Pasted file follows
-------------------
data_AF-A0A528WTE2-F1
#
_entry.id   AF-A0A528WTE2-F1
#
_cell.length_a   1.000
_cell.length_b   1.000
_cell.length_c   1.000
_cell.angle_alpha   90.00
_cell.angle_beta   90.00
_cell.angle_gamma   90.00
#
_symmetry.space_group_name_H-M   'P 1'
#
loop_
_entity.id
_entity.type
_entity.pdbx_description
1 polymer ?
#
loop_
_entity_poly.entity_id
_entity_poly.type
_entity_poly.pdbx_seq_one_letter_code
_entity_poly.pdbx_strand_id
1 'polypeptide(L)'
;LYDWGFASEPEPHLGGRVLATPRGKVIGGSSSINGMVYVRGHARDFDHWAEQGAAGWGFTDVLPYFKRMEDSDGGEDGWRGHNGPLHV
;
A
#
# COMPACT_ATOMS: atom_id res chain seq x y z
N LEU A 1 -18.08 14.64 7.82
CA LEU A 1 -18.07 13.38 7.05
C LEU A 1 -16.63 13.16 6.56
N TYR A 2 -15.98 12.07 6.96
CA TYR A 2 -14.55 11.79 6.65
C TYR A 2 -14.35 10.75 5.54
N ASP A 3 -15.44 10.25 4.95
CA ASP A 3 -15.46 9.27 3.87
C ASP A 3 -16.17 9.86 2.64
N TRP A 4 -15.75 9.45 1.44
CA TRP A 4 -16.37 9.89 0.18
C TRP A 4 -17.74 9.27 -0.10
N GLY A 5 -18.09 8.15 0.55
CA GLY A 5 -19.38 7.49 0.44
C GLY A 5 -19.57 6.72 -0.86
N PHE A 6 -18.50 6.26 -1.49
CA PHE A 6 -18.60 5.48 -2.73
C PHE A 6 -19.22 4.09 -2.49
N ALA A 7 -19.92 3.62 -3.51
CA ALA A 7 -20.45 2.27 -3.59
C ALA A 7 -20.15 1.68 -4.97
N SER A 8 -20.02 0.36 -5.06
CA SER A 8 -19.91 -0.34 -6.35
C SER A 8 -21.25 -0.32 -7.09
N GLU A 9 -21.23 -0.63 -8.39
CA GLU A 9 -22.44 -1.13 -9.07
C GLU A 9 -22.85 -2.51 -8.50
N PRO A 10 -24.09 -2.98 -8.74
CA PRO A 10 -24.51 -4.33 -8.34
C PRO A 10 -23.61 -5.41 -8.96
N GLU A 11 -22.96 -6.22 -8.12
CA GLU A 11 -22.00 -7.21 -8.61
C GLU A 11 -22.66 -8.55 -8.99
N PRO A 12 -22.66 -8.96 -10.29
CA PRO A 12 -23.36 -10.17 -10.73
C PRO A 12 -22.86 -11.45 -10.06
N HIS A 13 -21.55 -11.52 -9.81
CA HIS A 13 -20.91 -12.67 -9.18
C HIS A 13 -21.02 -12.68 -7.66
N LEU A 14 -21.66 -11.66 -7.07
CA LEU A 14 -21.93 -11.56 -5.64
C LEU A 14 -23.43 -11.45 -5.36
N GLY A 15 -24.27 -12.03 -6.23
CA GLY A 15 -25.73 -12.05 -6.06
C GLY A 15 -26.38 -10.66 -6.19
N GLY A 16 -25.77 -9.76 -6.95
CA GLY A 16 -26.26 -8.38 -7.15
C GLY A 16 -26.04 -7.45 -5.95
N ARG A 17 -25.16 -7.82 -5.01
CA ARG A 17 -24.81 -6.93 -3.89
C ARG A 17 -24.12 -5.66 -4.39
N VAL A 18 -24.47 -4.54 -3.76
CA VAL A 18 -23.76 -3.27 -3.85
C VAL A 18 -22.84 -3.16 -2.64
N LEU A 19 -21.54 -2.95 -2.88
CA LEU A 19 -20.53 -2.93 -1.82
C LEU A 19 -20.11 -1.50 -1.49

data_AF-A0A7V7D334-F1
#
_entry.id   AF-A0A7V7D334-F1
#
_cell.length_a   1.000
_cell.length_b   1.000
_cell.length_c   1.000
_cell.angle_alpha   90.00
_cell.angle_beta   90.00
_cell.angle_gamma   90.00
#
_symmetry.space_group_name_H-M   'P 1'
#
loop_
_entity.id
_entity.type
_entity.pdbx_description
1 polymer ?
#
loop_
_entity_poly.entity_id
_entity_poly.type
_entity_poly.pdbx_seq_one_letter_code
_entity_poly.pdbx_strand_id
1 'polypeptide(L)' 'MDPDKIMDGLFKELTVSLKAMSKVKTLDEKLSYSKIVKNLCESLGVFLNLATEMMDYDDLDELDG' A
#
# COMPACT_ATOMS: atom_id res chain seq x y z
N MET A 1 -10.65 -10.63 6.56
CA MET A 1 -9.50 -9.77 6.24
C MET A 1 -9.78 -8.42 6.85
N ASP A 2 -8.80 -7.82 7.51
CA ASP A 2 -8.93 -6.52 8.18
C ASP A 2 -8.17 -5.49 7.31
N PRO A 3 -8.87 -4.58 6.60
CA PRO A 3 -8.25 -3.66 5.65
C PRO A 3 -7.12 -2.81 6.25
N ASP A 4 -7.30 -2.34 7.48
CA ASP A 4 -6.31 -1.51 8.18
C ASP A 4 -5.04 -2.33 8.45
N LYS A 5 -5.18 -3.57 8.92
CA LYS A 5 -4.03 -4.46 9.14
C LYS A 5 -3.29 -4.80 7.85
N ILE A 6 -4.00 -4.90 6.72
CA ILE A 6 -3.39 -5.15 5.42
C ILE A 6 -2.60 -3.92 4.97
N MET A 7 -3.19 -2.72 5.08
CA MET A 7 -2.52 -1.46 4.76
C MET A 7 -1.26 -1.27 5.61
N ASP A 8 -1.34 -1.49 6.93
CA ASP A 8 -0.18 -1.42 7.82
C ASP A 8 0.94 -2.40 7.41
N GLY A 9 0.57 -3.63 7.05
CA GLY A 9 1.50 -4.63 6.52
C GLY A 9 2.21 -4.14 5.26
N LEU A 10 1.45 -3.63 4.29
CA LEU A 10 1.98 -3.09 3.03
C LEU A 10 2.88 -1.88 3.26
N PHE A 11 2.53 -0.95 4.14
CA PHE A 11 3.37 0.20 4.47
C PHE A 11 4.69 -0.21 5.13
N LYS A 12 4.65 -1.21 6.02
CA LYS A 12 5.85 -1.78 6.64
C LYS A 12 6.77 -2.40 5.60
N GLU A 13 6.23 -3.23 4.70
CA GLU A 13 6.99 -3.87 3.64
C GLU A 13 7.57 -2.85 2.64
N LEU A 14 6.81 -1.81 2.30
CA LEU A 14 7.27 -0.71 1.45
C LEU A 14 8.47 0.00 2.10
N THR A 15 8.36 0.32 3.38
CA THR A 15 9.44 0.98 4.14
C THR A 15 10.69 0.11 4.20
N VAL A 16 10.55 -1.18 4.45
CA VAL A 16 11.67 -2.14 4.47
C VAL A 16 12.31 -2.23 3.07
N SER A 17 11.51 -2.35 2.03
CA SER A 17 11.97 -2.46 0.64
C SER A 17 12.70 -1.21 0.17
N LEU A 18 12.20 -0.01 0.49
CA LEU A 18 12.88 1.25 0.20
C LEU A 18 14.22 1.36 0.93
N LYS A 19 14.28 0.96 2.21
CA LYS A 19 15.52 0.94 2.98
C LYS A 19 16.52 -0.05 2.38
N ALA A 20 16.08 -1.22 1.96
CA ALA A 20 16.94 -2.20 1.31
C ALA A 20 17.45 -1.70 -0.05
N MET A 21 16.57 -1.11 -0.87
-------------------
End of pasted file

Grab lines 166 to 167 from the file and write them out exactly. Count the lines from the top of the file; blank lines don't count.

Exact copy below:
N LEU A 18 12.20 -0.01 0.49
CA LEU A 18 12.88 1.25 0.20